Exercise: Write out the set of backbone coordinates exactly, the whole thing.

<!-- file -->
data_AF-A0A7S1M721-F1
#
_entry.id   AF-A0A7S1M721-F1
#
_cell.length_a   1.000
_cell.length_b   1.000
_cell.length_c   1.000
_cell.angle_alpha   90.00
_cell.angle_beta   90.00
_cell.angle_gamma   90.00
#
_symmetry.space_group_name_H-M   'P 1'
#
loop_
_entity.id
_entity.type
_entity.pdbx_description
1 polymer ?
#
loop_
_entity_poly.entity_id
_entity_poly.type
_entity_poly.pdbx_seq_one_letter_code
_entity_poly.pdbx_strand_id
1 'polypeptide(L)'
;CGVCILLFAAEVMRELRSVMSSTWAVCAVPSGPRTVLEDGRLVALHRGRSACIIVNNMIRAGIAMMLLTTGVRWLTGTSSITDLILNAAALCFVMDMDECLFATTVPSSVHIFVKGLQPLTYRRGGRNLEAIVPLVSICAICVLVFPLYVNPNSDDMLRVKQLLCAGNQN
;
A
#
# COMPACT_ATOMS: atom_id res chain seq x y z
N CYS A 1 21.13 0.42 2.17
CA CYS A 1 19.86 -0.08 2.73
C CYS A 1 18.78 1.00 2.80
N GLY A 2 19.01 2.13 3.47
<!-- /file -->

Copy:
data_AF-A0A7S1M721-F1
#
_entry.id   AF-A0A7S1M721-F1
#
_cell.length_a   1.000
_cell.length_b   1.000
_cell.length_c   1.000
_cell.angle_alpha   90.00
_cell.angle_beta   90.00
_cell.angle_gamma   90.00
#
_symmetry.space_group_name_H-M   'P 1'
#
loop_
_entity.id
_entity.type
_entity.pdbx_description
1 polymer ?
#
loop_
_entity_poly.entity_id
_entity_poly.type
_entity_poly.pdbx_seq_one_letter_code
_entity_poly.pdbx_strand_id
1 'polypeptide(L)'
;CGVCILLFAAEVMRELRSVMSSTWAVCAVPSGPRTVLEDGRLVALHRGRSACIIVNNMIRAGIAMMLLTTGVRWLTGTSSITDLILNAAALCFVMDMDECLFATTVPSSVHIFVKGLQPLTYRRGGRNLEAIVPLVSICAICVLVFPLYVNPNSDDMLRVKQLLCAGNQN
;
A
#
# COMPACT_ATOMS: atom_id res chain seq x y z
N CYS A 1 21.13 0.42 2.17
CA CYS A 1 19.86 -0.08 2.73
C CYS A 1 18.78 1.00 2.80
N GLY A 2 19.01 2.13 3.47